The fifth and final chapter of De Wereld als Verschijning explores the work of six lesser known phenomenologists in brief. These are, in order, Max Scheler, Edith Stein, Eugen Fink, Alfred Schutz, Emmanuel Levinas and Jan Patočka. Here, too, a brief biographical introduction is followed by a discussion of their work. Since only a few pages are dedicated to each thinker, their treatment is condensed to a defining theme. For Scheler, this is love; for Stein, empathy; for Fink, phenomenology itself and the possibility of philosophy in general; for Schutz, philosophy of the social world and the foundations of sociology; for Levinas, the Other; and for Jan Patočka, the care for the soul. This chapter is a nice addition to an introduction to phenomenology, since it shows the influence and scope of phenomenological research. The choice of authors seems somewhat arbitrary, though; certainly, other writers in the phenomenological tradition could have been considered, such as Frantz Fanon, Ludwig Binswanger, Luce Irigaray or Iris Marion Young. Their influence today is certainly no less than Patočka or Schutz, and the inclusion of especially Young and Fanon would have added some diversity. They opened the door to what is now called Critical Phenomenology, and have been instrumental in pointing out how the supposedly ‘neutral’ consciousness of classical phenomenologists obscures latent presuppositions on what it is to be human. It is also notable that Simone the Beauvoir receives no more than a passing mention in the chapter on Sartre, while she is from a philosophical perspective undoubtedly as influential as her life-partner.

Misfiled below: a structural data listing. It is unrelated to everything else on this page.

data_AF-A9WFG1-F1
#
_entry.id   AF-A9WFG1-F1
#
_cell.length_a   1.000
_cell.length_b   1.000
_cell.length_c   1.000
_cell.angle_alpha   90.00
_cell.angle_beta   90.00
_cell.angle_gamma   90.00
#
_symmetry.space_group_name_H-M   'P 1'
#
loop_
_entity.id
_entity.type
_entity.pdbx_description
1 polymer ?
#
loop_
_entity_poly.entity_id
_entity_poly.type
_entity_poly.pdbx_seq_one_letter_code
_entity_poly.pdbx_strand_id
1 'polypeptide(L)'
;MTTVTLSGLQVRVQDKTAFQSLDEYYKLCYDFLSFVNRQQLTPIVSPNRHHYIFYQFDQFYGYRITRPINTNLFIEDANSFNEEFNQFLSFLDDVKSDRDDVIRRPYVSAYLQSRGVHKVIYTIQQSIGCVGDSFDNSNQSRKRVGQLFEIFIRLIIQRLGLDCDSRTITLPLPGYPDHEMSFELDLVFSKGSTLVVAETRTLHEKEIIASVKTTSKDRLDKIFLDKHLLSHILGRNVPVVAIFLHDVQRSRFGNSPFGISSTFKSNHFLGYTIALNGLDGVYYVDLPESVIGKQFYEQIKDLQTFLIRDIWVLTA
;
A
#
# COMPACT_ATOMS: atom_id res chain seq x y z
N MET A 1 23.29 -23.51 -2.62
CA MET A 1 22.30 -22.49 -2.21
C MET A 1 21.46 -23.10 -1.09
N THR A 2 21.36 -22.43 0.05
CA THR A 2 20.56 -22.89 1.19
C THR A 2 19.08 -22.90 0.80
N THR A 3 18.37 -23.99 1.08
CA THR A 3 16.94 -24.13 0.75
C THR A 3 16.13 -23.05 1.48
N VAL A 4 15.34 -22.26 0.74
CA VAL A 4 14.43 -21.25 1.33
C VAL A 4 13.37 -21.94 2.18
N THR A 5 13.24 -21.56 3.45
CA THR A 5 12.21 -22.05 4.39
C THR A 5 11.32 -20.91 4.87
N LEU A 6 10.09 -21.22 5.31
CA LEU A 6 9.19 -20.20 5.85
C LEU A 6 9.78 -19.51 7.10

The book starts out with the question ‘what is phenomenology?’, and by the end the reader has a good idea of what Husserl, Heidegger, Sartre and Merleau-Ponty thought on this matter. However, Van Mazijk’s own view on the matter is not discussed in detail. In the conclusion, he briefly discusses the modern, specialized applications of phenomenology in different branches of science, such as psychiatry and artificial intelligence. It appears he laments this development and prefers the ‘grander’, more ambitious transcendental and existential projects of the past. He writes: “Only the future can tell whether the phenomenology of the 20th century had maybe more to offer than a reservoir of ideas for scientific application”, and it is clear that he certainly thinks so, but how exactly remains obscure. Throughout the book, he mentions these modern applications of phenomenology, but never elaborates in detail. This is a missed opportunity, since it could have emphasized the importance and relevance of the tradition, and potentially inspire those readers not strictly interested in abstract philosophy.
All in all, Van Mazijk provides a detailed and supremely readable introduction into phenomenology, which will undoubtedly be of great value to those interested in learning about the tradition and its main figures, or students looking for a good overview. De Wereld als Verschijning is the first book of its kind published in Dutch by a Dutch author in several decades, and it is a testament of the knowledge, passion and dedication the author has for his field of expertise.
 van Mazijk, C. 2020. Perception and Reality in Kant, Husserl, and McDowell. New York, NY: Routledge. For a review of this book in this journal: http://reviews.ophen.org/2020/08/23/perception-and-reality-in-kant-husserl-and-mcdowell/.